1929 Surrealism on display in Pisa: good idea, less so the implementation


Review of the exhibition '1929: Great Surrealism from the Centre Pompidou. From Magritte to Duchamp' in Pisa, Palazzo Blu, from October 11, 2018 to February 17, 2019.

The year 1929 has gone down in art history as a decisive year for the fate of Surrealism as a whole. That year, the movement founded in 1924 by André Breton (Tinchebray, 1896 - Paris, 1966) confronted crucial events that would mark its history indelibly: it is possible to say that one of the turning points occurred in mid-February, when Breton and Louis Aragon (Paris, 1897 - 1982) sent a letter to several exponents of the Surrealist movement (or, in some way, linked to Surrealism) in order to ascertain what their ideological position was in view of possible collective actions that the group would undertake shortly thereafter. Those were the prodromes of the internal split within the group that would occur in the following weeks. The poet and art critic, who had been a member of the French Communist Party since 1926, hoped that the entire group would make a political commitment in the direction of the ideals that Breton himself had embraced: many of the Surrealist artists manifested a profound disagreement with Breton’s intentions, and broke away from the group, giving rise to new experiences. But the history of Surrealism knew, in the same year, many other topical moments: in the spring Salvador Dalí (Figueres, 1904 - 1989) arrived in Paris and was introduced to the movement by Joan Miró (Barcelona, 1893 - Palma de Mallorca, 1983), and having arrived in the French capital he in turn managed to ensure a fundamental contribution to Surrealism from his beginnings, when he made himself known by participating in the making of Luís Buñuel’s celebrated film Un chien andalou (Calanda, 1900 - Mexico City, 1983). Again, in April, one of the dissidents, Georges Bataille (Billom, 1897 - Paris, 1962), published the first issue of Documents magazine, and a month later Max Ernst ’s (Brühl, 1891 - Paris, 1976) novel-collage La femme 100 têtes was given to the presses, while in June the first exhibition of the Le Grand Jeu group was held. Toward the end of the year, a quarrel between Breton and René Magritte (Lessines, 1898 - Brussels, 1967) convinced the Belgian painter to return to his native country, and on December 15 the last issue of La Révolution surréaliste was published.

The events briefly summarized in the opening (along with others discussed below) are the subject of an exhibition in Pisa, at Palazzo Blu, entitled 1929: Great Surrealism from the Centre Pompidou. From Magritte to Duchamp and which, making use of a group of masterpieces arriving (en bloc) from the Centre Pompidou in Paris, intends to take stock of that very important year for surrealism and, consequently, for the history of twentieth-century art. So, the idea of the exhibition curated by Didier Ottinger, deputy director of the Musée National d’art moderne, cannot but look good, and although an extensive bibliography has been produced on the subject of “surrealism in 1929,” an exhibition capable of summarizing studies and research in a good popularizing project for the general public, capable of overcoming the usual blockbuster exhibition optics into which reviews dedicated to Dalí and his companions often fall, from its announcement could not but be greeted positively. It is a pity, however, that the Pisan exhibition only partially succeeds in hitting its goals and fails to pose as a truly incisive exhibition capable of concretizing its intentions: and the shortcomings are evident right from the title, since the “Magritte” and “Duchamp” that were included in the title have the sole purpose of presenting two names that are strange to the public, since neither are they the main protagonists of the exhibition, nor can they be taken as points of reference to trace a trajectory within the year 1929. Paradoxically, it would have made more sense to include Dalí’s name in the title, perhaps avoided so as not to give the impression of having succumbed too much to commercial logic, given the Catalan artist’s media overexposure, but certainly appropriate to give the idea of how pregnant his contribution was offered to the movement in 1929.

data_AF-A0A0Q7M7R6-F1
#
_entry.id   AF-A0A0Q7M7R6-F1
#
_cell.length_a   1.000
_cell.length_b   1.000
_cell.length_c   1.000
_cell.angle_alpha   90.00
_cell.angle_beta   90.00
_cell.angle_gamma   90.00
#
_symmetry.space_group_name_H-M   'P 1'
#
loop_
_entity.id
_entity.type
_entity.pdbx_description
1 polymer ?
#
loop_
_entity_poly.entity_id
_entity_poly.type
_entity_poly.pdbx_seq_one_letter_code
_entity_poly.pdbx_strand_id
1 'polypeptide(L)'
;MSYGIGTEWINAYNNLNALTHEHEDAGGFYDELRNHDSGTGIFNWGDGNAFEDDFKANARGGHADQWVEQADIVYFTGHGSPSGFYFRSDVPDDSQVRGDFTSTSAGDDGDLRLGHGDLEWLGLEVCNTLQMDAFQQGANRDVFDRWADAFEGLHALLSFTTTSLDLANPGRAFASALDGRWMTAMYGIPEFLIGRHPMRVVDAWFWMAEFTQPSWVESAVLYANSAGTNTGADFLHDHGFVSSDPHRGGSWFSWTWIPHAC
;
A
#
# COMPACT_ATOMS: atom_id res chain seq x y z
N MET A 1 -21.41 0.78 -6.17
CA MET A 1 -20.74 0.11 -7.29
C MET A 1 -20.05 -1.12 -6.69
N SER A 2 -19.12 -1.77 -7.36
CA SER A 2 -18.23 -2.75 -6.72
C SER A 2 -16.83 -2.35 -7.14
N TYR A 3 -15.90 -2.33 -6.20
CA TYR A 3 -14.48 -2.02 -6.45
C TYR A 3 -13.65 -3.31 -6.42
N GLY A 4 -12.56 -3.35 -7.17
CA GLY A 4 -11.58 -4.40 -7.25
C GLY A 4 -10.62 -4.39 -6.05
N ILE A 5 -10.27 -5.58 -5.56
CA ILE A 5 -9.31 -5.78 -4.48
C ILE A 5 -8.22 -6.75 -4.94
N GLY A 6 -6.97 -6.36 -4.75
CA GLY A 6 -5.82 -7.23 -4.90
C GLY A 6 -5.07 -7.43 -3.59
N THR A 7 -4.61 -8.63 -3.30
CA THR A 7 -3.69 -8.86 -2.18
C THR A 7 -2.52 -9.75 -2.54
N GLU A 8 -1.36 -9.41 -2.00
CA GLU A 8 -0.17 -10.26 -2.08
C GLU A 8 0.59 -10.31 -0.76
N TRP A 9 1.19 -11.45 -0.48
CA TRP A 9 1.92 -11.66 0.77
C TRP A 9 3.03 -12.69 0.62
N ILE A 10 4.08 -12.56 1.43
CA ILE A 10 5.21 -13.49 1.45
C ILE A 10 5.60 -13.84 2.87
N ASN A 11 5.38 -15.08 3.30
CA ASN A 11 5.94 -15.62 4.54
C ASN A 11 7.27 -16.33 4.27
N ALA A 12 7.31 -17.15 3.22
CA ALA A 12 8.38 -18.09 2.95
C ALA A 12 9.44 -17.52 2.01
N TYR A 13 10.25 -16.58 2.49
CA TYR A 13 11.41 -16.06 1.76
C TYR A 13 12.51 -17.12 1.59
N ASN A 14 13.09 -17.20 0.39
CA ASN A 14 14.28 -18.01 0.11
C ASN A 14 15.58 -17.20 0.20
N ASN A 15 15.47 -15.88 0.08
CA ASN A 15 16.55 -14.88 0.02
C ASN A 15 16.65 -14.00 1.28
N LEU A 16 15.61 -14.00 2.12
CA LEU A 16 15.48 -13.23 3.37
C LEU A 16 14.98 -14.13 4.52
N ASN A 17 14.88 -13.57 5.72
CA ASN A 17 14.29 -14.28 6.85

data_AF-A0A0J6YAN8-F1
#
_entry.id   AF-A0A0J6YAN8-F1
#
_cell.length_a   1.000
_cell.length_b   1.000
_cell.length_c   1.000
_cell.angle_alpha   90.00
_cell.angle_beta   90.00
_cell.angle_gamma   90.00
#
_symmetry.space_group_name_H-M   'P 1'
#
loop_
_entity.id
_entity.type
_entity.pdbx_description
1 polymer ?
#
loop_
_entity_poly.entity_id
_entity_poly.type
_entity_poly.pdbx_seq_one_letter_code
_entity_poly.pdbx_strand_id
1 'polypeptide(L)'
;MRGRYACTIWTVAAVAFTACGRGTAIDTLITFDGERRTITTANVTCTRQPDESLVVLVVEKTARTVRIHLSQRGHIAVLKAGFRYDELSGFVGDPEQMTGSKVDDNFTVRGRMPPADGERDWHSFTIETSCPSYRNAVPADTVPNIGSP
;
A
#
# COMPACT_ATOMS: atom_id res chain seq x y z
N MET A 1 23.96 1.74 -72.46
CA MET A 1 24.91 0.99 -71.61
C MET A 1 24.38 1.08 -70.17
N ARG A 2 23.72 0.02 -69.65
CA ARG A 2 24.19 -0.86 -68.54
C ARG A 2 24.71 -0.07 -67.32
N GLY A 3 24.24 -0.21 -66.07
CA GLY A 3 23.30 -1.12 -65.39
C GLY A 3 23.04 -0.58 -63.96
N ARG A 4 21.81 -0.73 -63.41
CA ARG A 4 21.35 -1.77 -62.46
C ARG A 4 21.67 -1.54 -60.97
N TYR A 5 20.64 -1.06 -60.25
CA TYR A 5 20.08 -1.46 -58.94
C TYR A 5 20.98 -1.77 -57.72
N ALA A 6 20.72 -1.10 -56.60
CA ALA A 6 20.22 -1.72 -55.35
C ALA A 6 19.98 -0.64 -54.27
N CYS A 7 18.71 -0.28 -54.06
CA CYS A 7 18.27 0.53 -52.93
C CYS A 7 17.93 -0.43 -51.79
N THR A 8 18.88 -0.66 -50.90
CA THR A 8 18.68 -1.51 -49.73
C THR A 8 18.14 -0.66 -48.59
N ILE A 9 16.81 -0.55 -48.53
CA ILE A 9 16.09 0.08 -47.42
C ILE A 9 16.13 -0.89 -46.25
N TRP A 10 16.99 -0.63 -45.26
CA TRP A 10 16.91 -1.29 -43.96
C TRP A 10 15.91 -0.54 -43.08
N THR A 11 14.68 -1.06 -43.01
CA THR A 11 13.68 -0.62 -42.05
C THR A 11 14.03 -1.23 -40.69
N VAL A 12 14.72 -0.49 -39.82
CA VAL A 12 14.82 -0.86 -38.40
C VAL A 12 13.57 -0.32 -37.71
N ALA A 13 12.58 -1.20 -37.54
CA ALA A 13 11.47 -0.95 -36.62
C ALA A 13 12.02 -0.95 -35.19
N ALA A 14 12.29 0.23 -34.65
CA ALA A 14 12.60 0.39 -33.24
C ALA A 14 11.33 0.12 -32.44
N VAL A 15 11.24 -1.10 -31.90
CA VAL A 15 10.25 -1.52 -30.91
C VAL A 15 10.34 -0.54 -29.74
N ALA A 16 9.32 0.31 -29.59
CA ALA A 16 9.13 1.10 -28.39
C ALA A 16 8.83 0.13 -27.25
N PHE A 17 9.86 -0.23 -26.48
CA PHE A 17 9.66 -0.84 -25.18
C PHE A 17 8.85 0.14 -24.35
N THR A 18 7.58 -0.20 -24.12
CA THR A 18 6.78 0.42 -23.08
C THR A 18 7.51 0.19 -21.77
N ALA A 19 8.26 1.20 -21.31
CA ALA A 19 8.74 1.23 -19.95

Una sala della mostra 1929: il grande surrealismo dal Centre Pompidou. Da Magritte a Duchamp
A room in the exhibition 1929: Great Surrealism from the Centre Pompidou. From Magritte to Duchamp


Una sala della mostra 1929: il grande surrealismo dal Centre Pompidou. Da Magritte a Duchamp
A room from the exhibition 1929: Great Surrealism from the Centre Pompidou. From Magritte to Duchamp


Una sala della mostra 1929: il grande surrealismo dal Centre Pompidou. Da Magritte a Duchamp
A room from the exhibition 1929: the great surrealism from the Centre Pompidou. From Magritte to Duchamp" />